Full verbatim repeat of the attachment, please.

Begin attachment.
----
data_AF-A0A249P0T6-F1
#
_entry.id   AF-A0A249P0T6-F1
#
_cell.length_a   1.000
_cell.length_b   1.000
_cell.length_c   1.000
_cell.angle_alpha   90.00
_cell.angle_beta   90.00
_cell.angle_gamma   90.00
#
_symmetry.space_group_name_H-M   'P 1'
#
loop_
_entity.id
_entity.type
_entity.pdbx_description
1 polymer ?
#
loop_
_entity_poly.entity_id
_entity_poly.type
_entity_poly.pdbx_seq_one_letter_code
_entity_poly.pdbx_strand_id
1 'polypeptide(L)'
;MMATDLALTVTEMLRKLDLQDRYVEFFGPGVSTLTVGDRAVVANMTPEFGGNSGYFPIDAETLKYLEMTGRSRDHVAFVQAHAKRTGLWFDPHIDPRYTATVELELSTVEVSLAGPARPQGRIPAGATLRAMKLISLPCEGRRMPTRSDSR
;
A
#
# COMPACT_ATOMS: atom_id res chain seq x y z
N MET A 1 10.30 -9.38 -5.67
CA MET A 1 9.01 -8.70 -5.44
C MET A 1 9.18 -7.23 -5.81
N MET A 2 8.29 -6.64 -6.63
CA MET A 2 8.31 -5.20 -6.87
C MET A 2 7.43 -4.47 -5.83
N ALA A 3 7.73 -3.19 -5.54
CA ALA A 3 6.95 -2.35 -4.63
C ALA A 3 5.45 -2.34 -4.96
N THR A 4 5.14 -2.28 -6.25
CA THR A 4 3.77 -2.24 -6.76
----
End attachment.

data_AF-A0A249P0T6-F1
#
_entry.id   AF-A0A249P0T6-F1
#
_cell.length_a   1.000
_cell.length_b   1.000
_cell.length_c   1.000
_cell.angle_alpha   90.00
_cell.angle_beta   90.00
_cell.angle_gamma   90.00
#
_symmetry.space_group_name_H-M   'P 1'
#
loop_
_entity.id
_entity.type
_entity.pdbx_description
1 polymer ?
#
loop_
_entity_poly.entity_id
_entity_poly.type
_entity_poly.pdbx_seq_one_letter_code
_entity_poly.pdbx_strand_id
1 'polypeptide(L)'
;MMATDLALTVTEMLRKLDLQDRYVEFFGPGVSTLTVGDRAVVANMTPEFGGNSGYFPIDAETLKYLEMTGRSRDHVAFVQAHAKRTGLWFDPHIDPRYTATVELELSTVEVSLAGPARPQGRIPAGATLRAMKLISLPCEGRRMPTRSDSR
;
A
#
# COMPACT_ATOMS: atom_id res chain seq x y z
N MET A 1 10.30 -9.38 -5.67
CA MET A 1 9.01 -8.70 -5.44
C MET A 1 9.18 -7.23 -5.81
N MET A 2 8.29 -6.64 -6.63
CA MET A 2 8.31 -5.20 -6.87
C MET A 2 7.43 -4.47 -5.83
N ALA A 3 7.73 -3.19 -5.54
CA ALA A 3 6.95 -2.35 -4.63
C ALA A 3 5.45 -2.34 -4.96
N THR A 4 5.14 -2.28 -6.25
CA THR A 4 3.77 -2.24 -6.76